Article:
I know from past experience in open water swims that I tend to panic and hyperventilate; during one of my previous triathlons, a man on a kayak came up to me and asked me if I was okay. Of course I was okay, I had said. What might have given him the idea that something was wrong–the gasping for air and the frantic doggy paddling I was doing?
Would I panic today when the cold water hit me? Should I add 20 minutes on to my 110 minute projected swim time for a panic attack? That would put my time at 2hrs and 10 minutes.
And what about swimming in a straight line? The lane lines on the bottom of the pool are monotonous and boring….but they keep me swimming straight. During another swim portion of a previous triathlon, a man on a kayak had to chase me down; tapping me on the shoulder with his oar, he told me I needed to turn around…I was swimming in the wrong direction! After redirecting myself, he chased me down again and told me I was still off course! Uuggh!
How much time would I need to add for swimming in the wrong direction? Would I even make it to the bike and run portions? Do you understand the fear and anxiety that I was experiencing?
Fatty tried to sympathize with me, but since he has little experience in triathlon swimming he hardly understood. All he would tell me was I would be fine; The Aqua Sphere wet suit would carry me through the swim.
Through the entire training process, I have always been a little jealous of Fatty’s swimming ability. The first time he got in the pool, he was able to swim a mile! He kept up with me and wasn’t even breathless! I knew Fatty would do fine! I also knew he loved the idea of the wetsuit and how it made him so sleek and fast–like a super hero, I think he said.
But the wetsuit didn’t make me feel like a super hero; it made me feel like a sausage in sausage casing!
As we pushed our way through the crowd of triathletes dressed in wetsuits, I struggled to put my neoprene swim cap on. My friend Angie looked over and laughed at me….she said I had put in on wrong. I thanked her, took it off and put it on again. Fatty then informed me that I still had it on wrong.
Boy, was I thankful I had that funny-looking neoprene hat that I didn’t know how to put on, though. The water was 58 degrees, after all.
When we finally got to the water’s edge, no one was getting in. What the heck? Didn’t they know it’s better to get in and get acclimated?
I dragged Fatty into the water and we swam out to the start line. We positioned ourselves in the back and hung on to a kayak. It was an incredible experience to see almost 2000 people, most of them running down the boat ramp, entering the water and starting to swim. After a few minutes, I looked over at Fatty, gave him a quick kiss, told him I loved him, wished him luck and started swimming
After taking several strokes, I looked up to see Fatty’s purple cap way out in front of me. That was the last time in many, many hours that I would see him. I knew he was off to a terrific start!
My swim was actually uneventful, which is good. I never panicked. My breathing stayed nice and calm. I only got kicked and hit a few times, nothing scary or catastrophic.
As for swimming straight, that was a different story. I would zig-zag from the buoys to the boats. Nothing too dramatic–the man on the kayak never had to chase me down.
I was swimming with a pack of people. It was a bigger pack at first and quickly dwindled as the faster swimmers pulled away. I didn’t feel like I was the last person in the water, because there was always a person swimming near me. My fear of not making the cutoff faded.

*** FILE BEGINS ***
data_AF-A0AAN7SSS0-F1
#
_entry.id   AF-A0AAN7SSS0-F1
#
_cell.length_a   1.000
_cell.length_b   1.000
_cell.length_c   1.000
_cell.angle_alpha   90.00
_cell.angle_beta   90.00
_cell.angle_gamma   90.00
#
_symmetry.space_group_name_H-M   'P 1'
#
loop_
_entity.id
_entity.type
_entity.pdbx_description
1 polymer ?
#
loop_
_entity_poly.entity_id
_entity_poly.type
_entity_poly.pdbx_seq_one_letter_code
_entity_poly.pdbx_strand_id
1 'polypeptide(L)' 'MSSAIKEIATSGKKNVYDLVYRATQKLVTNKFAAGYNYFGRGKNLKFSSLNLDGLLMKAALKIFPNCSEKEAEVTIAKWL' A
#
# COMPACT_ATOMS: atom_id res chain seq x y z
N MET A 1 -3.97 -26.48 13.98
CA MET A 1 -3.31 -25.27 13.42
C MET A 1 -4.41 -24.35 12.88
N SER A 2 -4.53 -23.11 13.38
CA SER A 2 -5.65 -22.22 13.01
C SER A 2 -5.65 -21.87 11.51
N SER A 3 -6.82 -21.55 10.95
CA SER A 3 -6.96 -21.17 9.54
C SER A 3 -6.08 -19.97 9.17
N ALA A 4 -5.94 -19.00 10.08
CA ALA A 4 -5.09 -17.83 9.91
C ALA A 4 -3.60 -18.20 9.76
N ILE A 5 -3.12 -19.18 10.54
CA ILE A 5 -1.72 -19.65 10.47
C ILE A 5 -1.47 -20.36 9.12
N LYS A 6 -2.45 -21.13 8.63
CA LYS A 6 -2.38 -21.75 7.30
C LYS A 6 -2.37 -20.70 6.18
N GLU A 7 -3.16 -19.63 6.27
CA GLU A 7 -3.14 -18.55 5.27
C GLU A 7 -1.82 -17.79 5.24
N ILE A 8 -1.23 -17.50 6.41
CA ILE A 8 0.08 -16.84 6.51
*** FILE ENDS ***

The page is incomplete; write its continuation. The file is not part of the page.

Then, as I was making the final turn of the swim leg and I could see the boat ramp ahead of me, the leg cramps set in. My calves and my feet were very unhappy. I tried to flex my feet and legs and push against the cramps, but then my kicking became erratic. As I was coming into the boat ramp, my left foot curled up into a claw-like position.
I was glad it was over. I don’t know how much more I could have taken. The cramps were definitely becoming worse!
As I stumbled up the boat ramp, I was confused. Where was I supposed to go? What was I supposed to do? I walked up to a man with a helpful look on his face and just stood there. I had forgotten how to speak. He was kind enough to help unzip me. He was a little leary of pulling down my wet suit. In retrospect, I think he was scared he might pull off everything I had on.
Thank heavens the wetsuit came off and the bikini stayed on. I hate to say it, but I don’t think I would have cared or noticed at that moment if it had come off.
As I exited the water, I did notice the gigantic clock on the boat ramp with my time on it. I don’t know how Fatty could have missed it. He must have been a little delirious too. My time was 1:36. Awesome! I was way ahead of my projected swim time, and I was alive!
My brother and son were there, yelling encouragement. They informed me that Fatty was only about 20 minutes ahead of me! Twenty minutes?! He must be having a fantastic day!
As I was handed my T1 bag by a very helpful volunteer, I realized how cold I was. My hands had no dexterity. I was still slightly confused as I dumped out my bag of stuff.
I immediately grabbed my Fat Cyclist bib shorts and DZ nuts and headed for an outhouse. Once inside that stinky, dirty, and very small building I realized I was sopping wet and very cold! I was quite the sight, I’m sure, balanced over that stinky hole in the toilet, trying to put DZ Nuts on my chamois in my lycra shorts and then pull them up over my very wet butt with my very numb hands!